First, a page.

6 Signs of a Nightshade Allergy in Children


A nightshade allergy is one of the trickiest to diagnose. Often, the first question is, “What is a nightshade exactly?” It’s not an easy one to answer. We all know what’s involved in dairy and nut allergies, that’s simple. But nightshades are a bevvy of vegetables and spices that can be hard to remember and hard to know whether any are in your foods—especially if you eat out. If your child is experiencing any of these six signs of nightshade allergy, you’ll need to learn the list.

Nightshades are a long list of vegetables including: white potatoes, tomatoes, sweet bell peppers, hot peppers, eggplant, goji berries, ground cherries and huckleberries, tobacco products (at least we don’t have to worry about this one with kids!) and many spices made from any of those vegetables (chili powder, Tabasco sauces, paprika and cayenne powders to name a few).

6 Signs of a Nightshade Allergy

1. Achy Muscles and Joints: Continuous exposure to nightshades can lead to muscles and joints aching or cramping frequently. The muscles may also be stiff, particularly when first moved in the morning.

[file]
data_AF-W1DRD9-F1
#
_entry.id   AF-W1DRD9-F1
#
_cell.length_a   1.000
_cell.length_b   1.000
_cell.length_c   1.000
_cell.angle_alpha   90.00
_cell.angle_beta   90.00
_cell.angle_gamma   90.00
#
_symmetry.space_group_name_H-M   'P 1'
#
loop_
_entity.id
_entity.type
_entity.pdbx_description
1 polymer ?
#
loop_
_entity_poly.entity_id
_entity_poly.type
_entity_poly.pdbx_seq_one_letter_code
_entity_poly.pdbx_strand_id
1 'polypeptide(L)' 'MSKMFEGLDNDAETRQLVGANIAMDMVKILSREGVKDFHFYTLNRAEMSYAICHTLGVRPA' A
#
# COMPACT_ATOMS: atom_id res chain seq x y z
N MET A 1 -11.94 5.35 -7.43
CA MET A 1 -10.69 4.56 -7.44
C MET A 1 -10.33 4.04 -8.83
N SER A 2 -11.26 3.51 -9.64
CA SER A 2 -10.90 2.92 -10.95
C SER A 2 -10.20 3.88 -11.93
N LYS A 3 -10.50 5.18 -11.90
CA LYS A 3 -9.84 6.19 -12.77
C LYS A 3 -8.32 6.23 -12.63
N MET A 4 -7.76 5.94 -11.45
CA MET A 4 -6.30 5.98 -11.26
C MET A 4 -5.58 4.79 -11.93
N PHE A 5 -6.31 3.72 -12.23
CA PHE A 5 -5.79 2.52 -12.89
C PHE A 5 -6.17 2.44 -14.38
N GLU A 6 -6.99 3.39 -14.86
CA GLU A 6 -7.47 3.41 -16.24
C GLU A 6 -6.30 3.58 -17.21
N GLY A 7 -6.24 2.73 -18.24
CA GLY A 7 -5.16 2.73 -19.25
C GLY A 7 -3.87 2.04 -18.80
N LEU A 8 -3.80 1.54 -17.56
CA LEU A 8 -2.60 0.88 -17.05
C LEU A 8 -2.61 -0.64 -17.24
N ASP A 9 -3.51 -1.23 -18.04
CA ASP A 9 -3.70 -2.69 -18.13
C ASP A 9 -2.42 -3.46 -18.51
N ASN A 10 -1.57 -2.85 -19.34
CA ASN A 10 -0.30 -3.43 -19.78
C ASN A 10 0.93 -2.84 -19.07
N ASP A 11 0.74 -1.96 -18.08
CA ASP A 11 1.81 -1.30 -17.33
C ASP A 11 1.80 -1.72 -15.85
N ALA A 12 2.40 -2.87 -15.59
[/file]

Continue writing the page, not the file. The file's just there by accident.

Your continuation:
2. Inflammation: As with most allergies and autoimmune issues, internal inflammation is a big issue with nightshade intolerance and allergy.

3. Sensitive Nerves: The nerves in your body may feel more sensitive or as if they are on fire.

4. Hip Pain: Your child’s hips and surrounding tendons might feel tender and be painful when moved or touched.

5. Heartburn: Some experience heartburn after eating nightshades.

6. Rash: A rash, commonly on the arms or trunk, may appear when nightshades are ingested.

I often call my daughter’s symptoms “little old man disease.” She gets achy and stiff if she overloads on nightshades. If your child or anyone in your family is experiencing these symptoms, consider a nightshade-free diet and consult your doctor or pediatrician. Avoiding nightshades can often lead to symptom reversal. Nightshade intolerant people can’t neutralize the enzyme that triggers pain receptors. Eight to 12 weeks of avoidance may lead to being pain free.

Once you’ve avoided nightshades and reset your child’s system, she may be able to eat limited nightshades without overwhelming her system. However, she should still avoid green tomatoes, reduce her amount of raw nightshades (cooked nightshades have less toxic alkaloids), and you should religiously read labels. Nightshades are common in many foods. Potato starch is often used as a thickener and prepared sauces are often rife with tomato and pepper-based spices.

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